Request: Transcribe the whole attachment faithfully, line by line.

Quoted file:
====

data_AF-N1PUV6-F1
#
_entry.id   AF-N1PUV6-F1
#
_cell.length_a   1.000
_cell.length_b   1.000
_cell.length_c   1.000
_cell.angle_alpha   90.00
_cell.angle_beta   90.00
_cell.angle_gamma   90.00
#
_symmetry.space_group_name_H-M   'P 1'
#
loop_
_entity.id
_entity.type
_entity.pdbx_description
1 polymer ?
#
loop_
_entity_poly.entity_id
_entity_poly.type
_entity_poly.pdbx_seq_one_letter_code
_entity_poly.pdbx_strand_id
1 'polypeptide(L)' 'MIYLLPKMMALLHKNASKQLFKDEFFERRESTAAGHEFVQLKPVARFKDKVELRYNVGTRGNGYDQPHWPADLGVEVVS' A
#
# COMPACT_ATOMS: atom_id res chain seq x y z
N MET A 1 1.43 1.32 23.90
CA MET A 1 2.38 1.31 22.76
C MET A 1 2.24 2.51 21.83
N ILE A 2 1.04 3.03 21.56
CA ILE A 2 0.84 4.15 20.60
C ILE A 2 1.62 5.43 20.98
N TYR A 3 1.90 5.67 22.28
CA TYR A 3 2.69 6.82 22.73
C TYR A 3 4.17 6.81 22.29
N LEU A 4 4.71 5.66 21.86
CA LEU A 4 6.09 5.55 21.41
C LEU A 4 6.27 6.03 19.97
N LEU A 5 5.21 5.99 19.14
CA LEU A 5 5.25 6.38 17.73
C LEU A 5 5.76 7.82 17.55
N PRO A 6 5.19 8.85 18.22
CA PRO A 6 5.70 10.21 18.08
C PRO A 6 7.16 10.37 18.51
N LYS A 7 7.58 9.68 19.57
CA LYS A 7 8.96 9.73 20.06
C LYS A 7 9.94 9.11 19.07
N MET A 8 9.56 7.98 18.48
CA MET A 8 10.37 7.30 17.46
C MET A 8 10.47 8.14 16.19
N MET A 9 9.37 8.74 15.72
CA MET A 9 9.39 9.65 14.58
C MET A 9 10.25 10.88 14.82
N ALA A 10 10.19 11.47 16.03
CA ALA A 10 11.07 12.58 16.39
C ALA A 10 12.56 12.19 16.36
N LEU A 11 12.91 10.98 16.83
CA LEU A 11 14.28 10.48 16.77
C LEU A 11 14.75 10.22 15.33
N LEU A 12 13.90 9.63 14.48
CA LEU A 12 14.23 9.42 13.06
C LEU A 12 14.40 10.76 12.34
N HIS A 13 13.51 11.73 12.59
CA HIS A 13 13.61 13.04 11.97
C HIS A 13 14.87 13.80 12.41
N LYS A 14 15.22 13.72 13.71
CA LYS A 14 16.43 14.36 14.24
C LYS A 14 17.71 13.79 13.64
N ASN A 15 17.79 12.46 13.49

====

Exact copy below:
data_AF-N1PUV6-F1
#
_entry.id   AF-N1PUV6-F1
#
_cell.length_a   1.000
_cell.length_b   1.000
_cell.length_c   1.000
_cell.angle_alpha   90.00
_cell.angle_beta   90.00
_cell.angle_gamma   90.00
#
_symmetry.space_group_name_H-M   'P 1'
#
loop_
_entity.id
_entity.type
_entity.pdbx_description
1 polymer ?
#
loop_
_entity_poly.entity_id
_entity_poly.type
_entity_poly.pdbx_seq_one_letter_code
_entity_poly.pdbx_strand_id
1 'polypeptide(L)' 'MIYLLPKMMALLHKNASKQLFKDEFFERRESTAAGHEFVQLKPVARFKDKVELRYNVGTRGNGYDQPHWPADLGVEVVS' A
#
# COMPACT_ATOMS: atom_id res chain seq x y z
N MET A 1 1.43 1.32 23.90
CA MET A 1 2.38 1.31 22.76
C MET A 1 2.24 2.51 21.83
N ILE A 2 1.04 3.03 21.56
CA ILE A 2 0.84 4.15 20.60
C ILE A 2 1.62 5.43 20.98
N TYR A 3 1.90 5.67 22.28
CA TYR A 3 2.69 6.82 22.73
C TYR A 3 4.17 6.81 22.29
N LEU A 4 4.71 5.66 21.86
CA LEU A 4 6.09 5.55 21.41
C LEU A 4 6.27 6.03 19.97
N LEU A 5 5.21 5.99 19.14
CA LEU A 5 5.25 6.38 17.73
C LEU A 5 5.76 7.82 17.55
N PRO A 6 5.19 8.85 18.22
CA PRO A 6 5.70 10.21 18.08
C PRO A 6 7.16 10.37 18.51
N LYS A 7 7.58 9.68 19.57
CA LYS A 7 8.96 9.73 20.06
C LYS A 7 9.94 9.11 19.07
N MET A 8 9.56 7.98 18.48
CA MET A 8 10.37 7.30 17.46
C MET A 8 10.47 8.14 16.19
N MET A 9 9.37 8.74 15.72
CA MET A 9 9.39 9.65 14.58
C MET A 9 10.25 10.88 14.82
N ALA A 10 10.19 11.47 16.03
CA ALA A 10 11.07 12.58 16.39
C ALA A 10 12.56 12.19 16.36
N LEU A 11 12.91 10.98 16.83
CA LEU A 11 14.28 10.48 16.77
C LEU A 11 14.75 10.22 15.33
N LEU A 12 13.90 9.63 14.48
CA LEU A 12 14.23 9.42 13.06
C LEU A 12 14.40 10.76 12.34
N HIS A 13 13.51 11.73 12.59
CA HIS A 13 13.61 13.04 11.97
C HIS A 13 14.87 13.80 12.41
N LYS A 14 15.22 13.72 13.71
CA LYS A 14 16.43 14.36 14.24
C LYS A 14 17.71 13.79 13.64
N ASN A 15 17.79 12.46 13.49